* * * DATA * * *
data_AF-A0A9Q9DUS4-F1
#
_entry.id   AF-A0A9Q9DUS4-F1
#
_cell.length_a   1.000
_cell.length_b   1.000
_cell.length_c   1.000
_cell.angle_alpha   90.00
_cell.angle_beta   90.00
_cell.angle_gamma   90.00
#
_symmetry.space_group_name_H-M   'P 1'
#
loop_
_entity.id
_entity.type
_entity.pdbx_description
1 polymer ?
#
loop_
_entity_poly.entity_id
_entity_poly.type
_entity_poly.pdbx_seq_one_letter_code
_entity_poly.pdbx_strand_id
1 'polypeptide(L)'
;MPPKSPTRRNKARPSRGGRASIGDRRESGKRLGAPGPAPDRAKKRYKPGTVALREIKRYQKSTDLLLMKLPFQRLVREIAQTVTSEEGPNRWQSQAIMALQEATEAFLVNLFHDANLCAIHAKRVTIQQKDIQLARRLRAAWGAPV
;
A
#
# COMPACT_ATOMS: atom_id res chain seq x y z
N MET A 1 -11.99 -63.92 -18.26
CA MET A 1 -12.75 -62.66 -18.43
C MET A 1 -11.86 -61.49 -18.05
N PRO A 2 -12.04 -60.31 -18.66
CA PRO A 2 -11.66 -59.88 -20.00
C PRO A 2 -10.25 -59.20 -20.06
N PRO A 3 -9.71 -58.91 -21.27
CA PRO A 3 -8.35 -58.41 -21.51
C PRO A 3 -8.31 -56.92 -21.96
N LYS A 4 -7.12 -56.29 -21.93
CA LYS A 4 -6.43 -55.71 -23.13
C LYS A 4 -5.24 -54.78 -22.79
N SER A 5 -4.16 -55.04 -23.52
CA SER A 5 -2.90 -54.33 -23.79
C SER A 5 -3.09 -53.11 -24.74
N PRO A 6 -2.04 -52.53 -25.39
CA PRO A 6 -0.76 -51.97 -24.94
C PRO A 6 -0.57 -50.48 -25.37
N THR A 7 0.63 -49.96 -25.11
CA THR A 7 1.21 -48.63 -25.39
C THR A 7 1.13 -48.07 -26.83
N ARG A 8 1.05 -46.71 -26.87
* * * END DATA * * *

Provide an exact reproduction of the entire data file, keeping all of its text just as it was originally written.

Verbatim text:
data_AF-A0A9Q9DUS4-F1
#
_entry.id   AF-A0A9Q9DUS4-F1
#
_cell.length_a   1.000
_cell.length_b   1.000
_cell.length_c   1.000
_cell.angle_alpha   90.00
_cell.angle_beta   90.00
_cell.angle_gamma   90.00
#
_symmetry.space_group_name_H-M   'P 1'
#
loop_
_entity.id
_entity.type
_entity.pdbx_description
1 polymer ?
#
loop_
_entity_poly.entity_id
_entity_poly.type
_entity_poly.pdbx_seq_one_letter_code
_entity_poly.pdbx_strand_id
1 'polypeptide(L)'
;MPPKSPTRRNKARPSRGGRASIGDRRESGKRLGAPGPAPDRAKKRYKPGTVALREIKRYQKSTDLLLMKLPFQRLVREIAQTVTSEEGPNRWQSQAIMALQEATEAFLVNLFHDANLCAIHAKRVTIQQKDIQLARRLRAAWGAPV
;
A
#
# COMPACT_ATOMS: atom_id res chain seq x y z
N MET A 1 -11.99 -63.92 -18.26
CA MET A 1 -12.75 -62.66 -18.43
C MET A 1 -11.86 -61.49 -18.05
N PRO A 2 -12.04 -60.31 -18.66
CA PRO A 2 -11.66 -59.88 -20.00
C PRO A 2 -10.25 -59.20 -20.06
N PRO A 3 -9.71 -58.91 -21.27
CA PRO A 3 -8.35 -58.41 -21.51
C PRO A 3 -8.31 -56.92 -21.96
N LYS A 4 -7.12 -56.29 -21.93
CA LYS A 4 -6.43 -55.71 -23.13
C LYS A 4 -5.24 -54.78 -22.79
N SER A 5 -4.16 -55.04 -23.52
CA SER A 5 -2.90 -54.33 -23.79
C SER A 5 -3.09 -53.11 -24.74
N PRO A 6 -2.04 -52.53 -25.39
CA PRO A 6 -0.76 -51.97 -24.94
C PRO A 6 -0.57 -50.48 -25.37
N THR A 7 0.63 -49.96 -25.11
CA THR A 7 1.21 -48.63 -25.39
C THR A 7 1.13 -48.07 -26.83
N ARG A 8 1.05 -46.71 -26.87